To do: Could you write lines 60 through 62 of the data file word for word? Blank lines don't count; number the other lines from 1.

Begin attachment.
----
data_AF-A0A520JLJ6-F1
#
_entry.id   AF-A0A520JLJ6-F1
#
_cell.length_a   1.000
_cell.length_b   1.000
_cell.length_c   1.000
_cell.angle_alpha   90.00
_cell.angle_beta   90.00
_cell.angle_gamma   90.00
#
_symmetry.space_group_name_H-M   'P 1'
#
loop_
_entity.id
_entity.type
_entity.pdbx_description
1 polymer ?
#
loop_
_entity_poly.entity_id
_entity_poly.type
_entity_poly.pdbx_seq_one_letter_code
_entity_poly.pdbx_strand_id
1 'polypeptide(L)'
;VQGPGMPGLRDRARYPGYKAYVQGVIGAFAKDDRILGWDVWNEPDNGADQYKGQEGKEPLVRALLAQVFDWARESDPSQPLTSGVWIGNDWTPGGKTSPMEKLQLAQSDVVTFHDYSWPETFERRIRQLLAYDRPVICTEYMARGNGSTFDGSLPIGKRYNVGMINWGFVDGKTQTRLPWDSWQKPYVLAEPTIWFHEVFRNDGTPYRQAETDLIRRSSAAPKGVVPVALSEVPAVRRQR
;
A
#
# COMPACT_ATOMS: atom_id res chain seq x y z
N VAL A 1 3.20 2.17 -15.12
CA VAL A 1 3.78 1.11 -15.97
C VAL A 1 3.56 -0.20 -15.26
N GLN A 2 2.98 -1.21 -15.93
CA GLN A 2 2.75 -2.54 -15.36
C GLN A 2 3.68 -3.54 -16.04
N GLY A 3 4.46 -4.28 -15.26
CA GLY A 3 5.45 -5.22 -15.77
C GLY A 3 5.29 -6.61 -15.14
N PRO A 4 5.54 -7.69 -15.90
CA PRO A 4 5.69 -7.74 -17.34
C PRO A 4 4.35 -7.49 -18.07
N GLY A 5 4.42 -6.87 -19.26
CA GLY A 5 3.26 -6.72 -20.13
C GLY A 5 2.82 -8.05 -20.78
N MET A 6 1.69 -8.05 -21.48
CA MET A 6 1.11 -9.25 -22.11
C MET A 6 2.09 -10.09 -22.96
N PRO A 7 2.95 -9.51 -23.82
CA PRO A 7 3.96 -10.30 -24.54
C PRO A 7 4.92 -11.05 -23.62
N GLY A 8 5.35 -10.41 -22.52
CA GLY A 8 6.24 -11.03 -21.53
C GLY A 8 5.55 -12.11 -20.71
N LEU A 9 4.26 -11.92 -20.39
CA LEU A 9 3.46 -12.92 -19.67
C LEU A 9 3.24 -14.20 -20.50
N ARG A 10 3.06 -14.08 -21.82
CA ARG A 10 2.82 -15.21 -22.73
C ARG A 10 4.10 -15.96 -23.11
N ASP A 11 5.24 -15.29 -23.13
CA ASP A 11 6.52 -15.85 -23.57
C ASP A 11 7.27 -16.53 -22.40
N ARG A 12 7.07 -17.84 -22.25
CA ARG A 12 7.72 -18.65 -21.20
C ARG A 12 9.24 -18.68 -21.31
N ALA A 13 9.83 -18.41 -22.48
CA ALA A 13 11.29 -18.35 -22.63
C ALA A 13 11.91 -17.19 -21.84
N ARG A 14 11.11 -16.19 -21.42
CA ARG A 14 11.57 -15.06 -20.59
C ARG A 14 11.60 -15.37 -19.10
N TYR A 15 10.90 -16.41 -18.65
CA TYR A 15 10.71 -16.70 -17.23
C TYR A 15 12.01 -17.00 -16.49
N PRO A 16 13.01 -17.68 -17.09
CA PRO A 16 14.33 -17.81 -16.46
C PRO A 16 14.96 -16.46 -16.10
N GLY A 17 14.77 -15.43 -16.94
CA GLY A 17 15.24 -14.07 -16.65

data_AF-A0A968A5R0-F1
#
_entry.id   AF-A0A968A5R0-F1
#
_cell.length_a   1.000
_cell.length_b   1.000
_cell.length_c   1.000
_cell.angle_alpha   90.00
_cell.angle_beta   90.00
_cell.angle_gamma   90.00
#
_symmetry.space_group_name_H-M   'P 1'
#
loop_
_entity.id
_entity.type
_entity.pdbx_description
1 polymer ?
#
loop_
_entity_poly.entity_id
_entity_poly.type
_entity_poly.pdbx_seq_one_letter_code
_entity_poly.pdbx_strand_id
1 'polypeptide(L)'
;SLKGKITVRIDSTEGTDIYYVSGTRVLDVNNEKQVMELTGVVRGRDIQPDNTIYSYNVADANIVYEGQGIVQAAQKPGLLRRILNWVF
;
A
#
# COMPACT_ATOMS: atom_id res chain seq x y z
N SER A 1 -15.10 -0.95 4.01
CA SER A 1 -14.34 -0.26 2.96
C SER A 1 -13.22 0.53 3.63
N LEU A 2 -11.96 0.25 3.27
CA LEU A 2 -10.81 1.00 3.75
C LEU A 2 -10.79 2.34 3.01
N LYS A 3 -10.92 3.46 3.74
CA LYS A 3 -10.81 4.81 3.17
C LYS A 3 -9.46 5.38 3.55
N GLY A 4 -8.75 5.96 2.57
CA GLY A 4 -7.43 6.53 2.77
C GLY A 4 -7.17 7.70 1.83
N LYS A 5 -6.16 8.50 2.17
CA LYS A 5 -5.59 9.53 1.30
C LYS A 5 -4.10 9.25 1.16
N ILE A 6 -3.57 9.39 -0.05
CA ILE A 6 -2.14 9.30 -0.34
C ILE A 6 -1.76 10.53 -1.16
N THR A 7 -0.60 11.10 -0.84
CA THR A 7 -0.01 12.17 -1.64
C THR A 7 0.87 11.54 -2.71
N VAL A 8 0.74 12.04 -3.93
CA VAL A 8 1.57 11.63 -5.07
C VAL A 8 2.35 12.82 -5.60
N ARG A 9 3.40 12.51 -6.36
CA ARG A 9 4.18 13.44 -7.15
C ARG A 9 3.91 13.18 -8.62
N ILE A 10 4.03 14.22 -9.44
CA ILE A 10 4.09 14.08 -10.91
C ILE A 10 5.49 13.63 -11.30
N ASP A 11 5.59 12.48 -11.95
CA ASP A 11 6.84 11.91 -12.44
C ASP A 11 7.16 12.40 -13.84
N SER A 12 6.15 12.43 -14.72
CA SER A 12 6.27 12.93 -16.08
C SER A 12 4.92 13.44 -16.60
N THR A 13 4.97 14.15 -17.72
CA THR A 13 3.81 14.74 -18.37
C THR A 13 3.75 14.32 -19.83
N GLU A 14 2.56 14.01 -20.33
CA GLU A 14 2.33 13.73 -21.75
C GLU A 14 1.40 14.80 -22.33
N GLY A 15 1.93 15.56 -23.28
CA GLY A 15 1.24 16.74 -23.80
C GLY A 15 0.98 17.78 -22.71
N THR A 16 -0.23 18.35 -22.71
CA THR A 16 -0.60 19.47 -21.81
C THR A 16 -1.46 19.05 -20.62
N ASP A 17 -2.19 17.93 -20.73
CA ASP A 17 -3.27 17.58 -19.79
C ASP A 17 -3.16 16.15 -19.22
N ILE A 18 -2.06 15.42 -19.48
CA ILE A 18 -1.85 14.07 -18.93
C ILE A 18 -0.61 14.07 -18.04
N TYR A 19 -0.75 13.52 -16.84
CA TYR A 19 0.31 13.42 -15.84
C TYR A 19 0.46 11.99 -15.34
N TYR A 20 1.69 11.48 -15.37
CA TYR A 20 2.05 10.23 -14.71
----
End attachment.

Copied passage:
C ARG A 10 4.10 -15.96 -23.11
N ASP A 11 5.24 -15.29 -23.13
CA ASP A 11 6.52 -15.85 -23.57